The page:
|High Commission of South Africa in London
||Trafalgar Square, London WC2N 5DP
Balcony of South Africa House
The High Commission of South Africa in London is the diplomatic mission from South Africa to the United Kingdom. It is located at South Africa House, a building on Trafalgar Square, London. As well as containing the offices of the High Commissioner, the building also hosts the South African consulate.
South Africa House was built by Holland, Hannen & Cubitts in the 1930s on the site of a derelict hotel. The building was designed by Sir Herbert Baker, with architectural sculpture by Coert Steynberg and Sir Charles Wheeler, and opened in 1933. The building was acquired by the government of South Africa as its main diplomatic presence in the UK. During World War II, Prime Minister Jan Smuts lived there while conducting South Africa's war plans.
In 1961, South Africa became a republic, and withdrew from the Commonwealth of Nations due to its policy of racial segregation. Accordingly the building became an embassy, rather than a High Commission. During the 1980s, the building, which was the only South African diplomatic building in a public area, was targeted by protestors from around the world. During the 1990 Poll Tax Riots, the building was set alight by rioters, although not seriously damaged.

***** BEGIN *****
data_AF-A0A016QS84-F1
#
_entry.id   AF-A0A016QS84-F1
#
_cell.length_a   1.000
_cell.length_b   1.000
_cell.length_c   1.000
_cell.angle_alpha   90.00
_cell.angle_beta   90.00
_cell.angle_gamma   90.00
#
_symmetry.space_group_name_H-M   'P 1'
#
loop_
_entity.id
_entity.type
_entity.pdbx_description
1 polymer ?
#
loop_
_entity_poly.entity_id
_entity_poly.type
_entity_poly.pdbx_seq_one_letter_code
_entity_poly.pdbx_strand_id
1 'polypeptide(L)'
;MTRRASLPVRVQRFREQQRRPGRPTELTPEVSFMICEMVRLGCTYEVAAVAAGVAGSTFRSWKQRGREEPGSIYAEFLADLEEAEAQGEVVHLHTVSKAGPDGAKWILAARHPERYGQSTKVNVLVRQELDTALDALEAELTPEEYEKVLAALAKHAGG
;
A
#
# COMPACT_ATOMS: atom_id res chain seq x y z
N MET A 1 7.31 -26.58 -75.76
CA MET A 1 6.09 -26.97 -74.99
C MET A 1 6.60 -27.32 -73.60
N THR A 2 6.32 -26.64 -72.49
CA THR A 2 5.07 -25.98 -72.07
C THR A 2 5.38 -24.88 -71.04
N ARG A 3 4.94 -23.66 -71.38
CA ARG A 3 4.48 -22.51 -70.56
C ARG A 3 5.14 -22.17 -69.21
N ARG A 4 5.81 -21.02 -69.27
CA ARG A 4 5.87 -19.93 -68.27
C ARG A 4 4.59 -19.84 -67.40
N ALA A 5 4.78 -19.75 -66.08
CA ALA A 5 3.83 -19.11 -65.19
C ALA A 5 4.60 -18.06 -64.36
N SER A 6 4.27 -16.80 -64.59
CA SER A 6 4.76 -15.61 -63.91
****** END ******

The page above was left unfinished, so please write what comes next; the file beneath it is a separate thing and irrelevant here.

The first democratic elections in South Africa were held on the 27 April 1994, and on 31 May of that year, the country rejoined the Commonwealth, 33 years to the day after it withdrew on becoming a republic. Along with country's diplomatic missions in other Commonwealth countries, the mission once again became a High Commission.
Today, South Africa House is no longer a controversial site, and is the focal point of South African culture in the UK. President Mandela appeared on the balcony of South Africa House in 1995, as part of his Official State Visit. In 2001, he Nelson Mandela also appeared on the balcony of South Africa House, to mark the seventh anniversary of Freedom Day, when the system of Apartheid ended.
 See also
- ^ Cubitts 1810 - 1975, published 1975
- ^ Palliser, David Michael; Clark, Peter; Daunton, Martin J. (2000). The Cambridge Urban History of Britain: 1840-1950. Cambridge University Press. p. 126.
- ^ Burns, Danny (1992). Poll tax rebellion. AK Press. p. 90.
- ^ Hero's welcome for Mandela at concert. BBC News. April 30, 2001.
 External links
Coordinates: 51°30′30″N 0°07′37″W / 51.5082°N 0.1269°W